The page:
Saturday, November 30, 2013

Edward Feser on Nietzsche and Neo-Scholasticism

Ed Feser has responded to my Anamnesis essay. Here is an excerpt:
One thing’s for sure, the religious critics of natural theology and natural law seem chronically unable to provide any good arguments for their misgivings. I’ve had reason to consider several woolly attacks on natural law theory in recent months (e.g. here, here, and here), and another, by Thomas M. Cothran, has recently been posted at the website of the journal Anamnesis. It’s hysterical, in every sense of the word. Cothran assures his readers that we Neo-Scholastic natural law theorists, our Thomism and Catholicism notwithstanding, arereally implicitly beholden to… wait for it… wait for it… “a Nietzschean overcoming of Christianity.” The point of Garrigou-Lagrange’s Reality, it seems, was to provide a deceptively pious dust jacket within which to hide your copy of The Antichrist. Who knew? No doubt Henri de Lubac, who is (as the bylaws of Catholic anti-natural law polemic require), the hero of Cothran’s piece. Nouvelle theologie repeats itself, the first time as tragedy, the second time as a half-baked rant on the interwebs....
Would that everyone could have such discerning and well-tempered critics. 

There is a lot that puzzling about his response. He believes that the article is an "attack on natural law," when it actually champions natural law. I am not sure how he read an article touting natural law as a viable and underutilized alternative to secularism as an assault on natural law. Or how he asserts that Aristotle did not define the natural in contradistinction with the supernatural. (Hasn't every good Thomist read Metaphysics 6?)

One more bit:
What explains this mindset? Constitutional impatience with (or simple incapacity for) conceptual precision and argumentative rigor? A Pharisaical repugnance at the notion that non-Christian thinkers might have had something of importance to say about God or morality? Resentment of the suggestion that a mere philosophical argument could succeed where Bible thumping or rhetorical eloquence has failed?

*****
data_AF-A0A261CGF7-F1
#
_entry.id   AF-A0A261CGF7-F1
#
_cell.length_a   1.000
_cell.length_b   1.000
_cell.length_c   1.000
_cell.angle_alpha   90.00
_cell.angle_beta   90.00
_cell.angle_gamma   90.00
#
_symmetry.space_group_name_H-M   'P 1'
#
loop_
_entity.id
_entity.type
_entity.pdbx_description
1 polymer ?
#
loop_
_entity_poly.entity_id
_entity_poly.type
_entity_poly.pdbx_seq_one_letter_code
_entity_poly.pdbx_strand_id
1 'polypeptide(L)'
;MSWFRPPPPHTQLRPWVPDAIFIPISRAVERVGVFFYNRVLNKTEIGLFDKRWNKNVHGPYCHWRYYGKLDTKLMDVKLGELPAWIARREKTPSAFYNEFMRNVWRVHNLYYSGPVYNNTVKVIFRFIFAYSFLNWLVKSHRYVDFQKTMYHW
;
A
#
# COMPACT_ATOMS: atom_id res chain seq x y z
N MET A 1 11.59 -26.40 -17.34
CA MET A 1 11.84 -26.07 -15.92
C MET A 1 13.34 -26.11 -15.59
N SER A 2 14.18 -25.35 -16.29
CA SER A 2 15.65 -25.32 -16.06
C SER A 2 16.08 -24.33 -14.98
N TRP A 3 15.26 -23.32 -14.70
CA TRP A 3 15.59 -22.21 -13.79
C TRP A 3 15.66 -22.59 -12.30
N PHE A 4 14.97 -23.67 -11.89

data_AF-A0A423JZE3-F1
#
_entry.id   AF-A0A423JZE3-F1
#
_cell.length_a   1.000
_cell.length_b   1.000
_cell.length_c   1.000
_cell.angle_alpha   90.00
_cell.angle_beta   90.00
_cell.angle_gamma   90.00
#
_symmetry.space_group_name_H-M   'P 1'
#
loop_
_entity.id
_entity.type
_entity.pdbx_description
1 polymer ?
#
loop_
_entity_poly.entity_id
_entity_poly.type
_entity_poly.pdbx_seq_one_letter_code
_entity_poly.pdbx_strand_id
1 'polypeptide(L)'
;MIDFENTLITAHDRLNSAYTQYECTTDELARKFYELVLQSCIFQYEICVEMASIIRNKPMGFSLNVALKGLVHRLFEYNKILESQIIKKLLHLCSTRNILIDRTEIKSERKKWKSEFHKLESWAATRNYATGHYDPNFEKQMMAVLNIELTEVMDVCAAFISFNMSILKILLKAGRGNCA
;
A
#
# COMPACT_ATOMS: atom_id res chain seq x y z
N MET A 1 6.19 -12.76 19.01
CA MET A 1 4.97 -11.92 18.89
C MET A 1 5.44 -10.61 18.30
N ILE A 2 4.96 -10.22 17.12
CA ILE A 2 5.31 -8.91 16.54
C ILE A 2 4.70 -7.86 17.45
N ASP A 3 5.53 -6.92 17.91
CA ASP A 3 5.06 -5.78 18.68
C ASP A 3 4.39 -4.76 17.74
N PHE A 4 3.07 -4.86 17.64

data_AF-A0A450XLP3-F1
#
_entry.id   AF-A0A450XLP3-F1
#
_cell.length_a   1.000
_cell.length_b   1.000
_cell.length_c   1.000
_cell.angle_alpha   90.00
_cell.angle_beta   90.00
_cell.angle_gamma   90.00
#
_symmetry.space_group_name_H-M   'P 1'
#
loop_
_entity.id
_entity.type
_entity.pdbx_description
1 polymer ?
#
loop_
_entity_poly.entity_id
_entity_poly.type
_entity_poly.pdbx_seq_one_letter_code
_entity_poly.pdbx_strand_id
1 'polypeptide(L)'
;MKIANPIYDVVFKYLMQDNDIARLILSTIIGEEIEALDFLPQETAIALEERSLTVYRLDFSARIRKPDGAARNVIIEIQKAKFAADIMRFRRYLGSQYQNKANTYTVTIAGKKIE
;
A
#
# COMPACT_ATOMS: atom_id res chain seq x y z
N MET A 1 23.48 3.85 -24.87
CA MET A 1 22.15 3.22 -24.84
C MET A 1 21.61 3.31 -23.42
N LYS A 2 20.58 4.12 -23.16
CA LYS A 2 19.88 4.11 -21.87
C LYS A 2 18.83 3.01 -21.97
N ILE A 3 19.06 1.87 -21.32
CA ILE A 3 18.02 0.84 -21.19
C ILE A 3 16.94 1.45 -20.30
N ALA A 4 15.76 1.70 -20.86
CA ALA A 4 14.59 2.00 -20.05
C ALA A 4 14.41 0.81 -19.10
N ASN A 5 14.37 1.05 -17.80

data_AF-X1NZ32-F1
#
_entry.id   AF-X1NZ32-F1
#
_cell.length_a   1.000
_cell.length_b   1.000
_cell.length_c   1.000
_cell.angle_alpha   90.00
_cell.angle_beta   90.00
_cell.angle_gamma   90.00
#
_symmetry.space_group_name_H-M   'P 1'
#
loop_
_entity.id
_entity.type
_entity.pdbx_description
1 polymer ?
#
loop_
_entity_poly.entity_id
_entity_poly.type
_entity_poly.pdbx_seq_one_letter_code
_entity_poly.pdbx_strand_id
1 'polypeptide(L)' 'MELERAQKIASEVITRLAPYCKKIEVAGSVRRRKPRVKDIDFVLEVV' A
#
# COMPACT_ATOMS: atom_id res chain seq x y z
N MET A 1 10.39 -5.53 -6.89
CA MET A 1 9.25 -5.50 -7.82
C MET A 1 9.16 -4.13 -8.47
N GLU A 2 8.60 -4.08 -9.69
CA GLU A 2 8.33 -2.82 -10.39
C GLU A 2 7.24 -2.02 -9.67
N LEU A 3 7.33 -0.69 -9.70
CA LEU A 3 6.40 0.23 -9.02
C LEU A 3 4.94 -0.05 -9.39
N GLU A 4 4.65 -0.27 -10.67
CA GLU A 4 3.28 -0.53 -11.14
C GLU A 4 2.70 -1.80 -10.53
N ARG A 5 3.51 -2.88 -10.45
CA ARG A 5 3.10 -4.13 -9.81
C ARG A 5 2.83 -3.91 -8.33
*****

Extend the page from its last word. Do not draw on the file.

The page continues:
Ed Feser's criticisms know no bounds but his imagination. I'll have a response out soon.

Friday, November 15, 2013

Nietzsche and Neo-Scholasticism

My new essay, "Nietzsche and Neo-Scholasticism: The Dangers and Promise of Natural Law," has been published on Anamnesis Journal's site. An excerpt:
To conceive of a natura pura (i.e., a human nature devoid of reference to the supernatural and transparent to reason) we would need to rid our traditions of thought of the vestiges of Christian revelation—and our model, at least in this respect, would be Nietzsche. Nietzsche recognized the degree to which Christianity had shaped the world, its refusal to stay within designated boundaries, the sheer saturation of God (at least the idea of God) into our thought, institutions, practices, laws, language, art, and so on. (Nietzsche even went so far as to declare, “We cannot get rid of God because we still believe in grammar.”) ...
A “pure nature,” a limpid sphere of human existence enclosed within the confines of created finitude, is therefore not simply given. In neither theory nor practice is a secular humanity given at the start and a religious dimension later added. But a pure nature can perhaps be achieved by a labor of thought that clips the wings of the human spirit.
Read the whole thing here